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It’s time to cancel “cancel culture.” Compassionate communication techniques can help us do that.

When you look at our country, it’s obvious we’re getting more divided every year. At the same time, our society continues to become more diverse.

What does all this mean?

We have to figure out how to have compassionate conversations with each other. Far too often, we “cancel” people whose views we disagree with. Doesn’t matter if that person is a friend—when we cancel, we cut that person out of our lives. And, usually, we don’t even tell them why.

What’s the point of that?

We continue suffering from our anger, but the canceled person doesn’t even know we’re mad. An open, compassionate conversation, on the other hand, might lead to positive change. If it doesn’t, you can maturely, transparently, and respectfully end the relationship. I advocate having more open conversations about hard subjects. Yes, calling out has a place, but it’s for extreme situations, not everyday interactions. It’s time for us to engage in the tough conversations—time to cancel “cancel culture.”  To do that, we have to learn how to engage in compassionate communication techniques. Because, ultimately, those techniques allow us to hold space: for human complexity, compassion, and anger.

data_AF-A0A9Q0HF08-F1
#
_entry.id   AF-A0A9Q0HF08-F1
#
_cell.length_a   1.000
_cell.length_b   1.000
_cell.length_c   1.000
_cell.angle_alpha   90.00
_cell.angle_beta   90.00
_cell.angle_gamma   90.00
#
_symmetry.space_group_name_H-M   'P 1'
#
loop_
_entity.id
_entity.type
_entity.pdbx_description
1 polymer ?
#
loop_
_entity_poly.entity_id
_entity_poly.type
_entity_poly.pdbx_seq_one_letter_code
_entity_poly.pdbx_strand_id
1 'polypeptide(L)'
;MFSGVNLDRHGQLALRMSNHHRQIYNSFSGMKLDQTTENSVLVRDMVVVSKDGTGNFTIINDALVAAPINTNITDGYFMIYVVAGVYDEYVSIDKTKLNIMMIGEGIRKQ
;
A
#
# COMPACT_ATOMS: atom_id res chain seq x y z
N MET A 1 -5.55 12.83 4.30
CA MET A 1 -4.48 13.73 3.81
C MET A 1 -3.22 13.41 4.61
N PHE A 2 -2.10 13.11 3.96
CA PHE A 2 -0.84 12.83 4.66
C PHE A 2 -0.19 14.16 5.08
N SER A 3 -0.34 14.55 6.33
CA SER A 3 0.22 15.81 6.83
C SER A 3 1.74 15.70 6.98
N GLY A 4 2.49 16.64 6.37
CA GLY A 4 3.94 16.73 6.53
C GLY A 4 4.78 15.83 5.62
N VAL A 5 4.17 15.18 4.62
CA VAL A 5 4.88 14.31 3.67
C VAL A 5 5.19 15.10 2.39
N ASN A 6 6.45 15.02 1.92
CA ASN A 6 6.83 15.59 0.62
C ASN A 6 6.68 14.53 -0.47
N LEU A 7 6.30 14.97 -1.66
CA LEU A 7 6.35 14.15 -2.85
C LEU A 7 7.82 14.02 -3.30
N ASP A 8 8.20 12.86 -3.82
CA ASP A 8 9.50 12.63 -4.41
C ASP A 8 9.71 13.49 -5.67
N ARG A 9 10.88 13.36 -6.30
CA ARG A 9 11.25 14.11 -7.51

Just as importantly, they allow us to hold people accountable, but in the right way.

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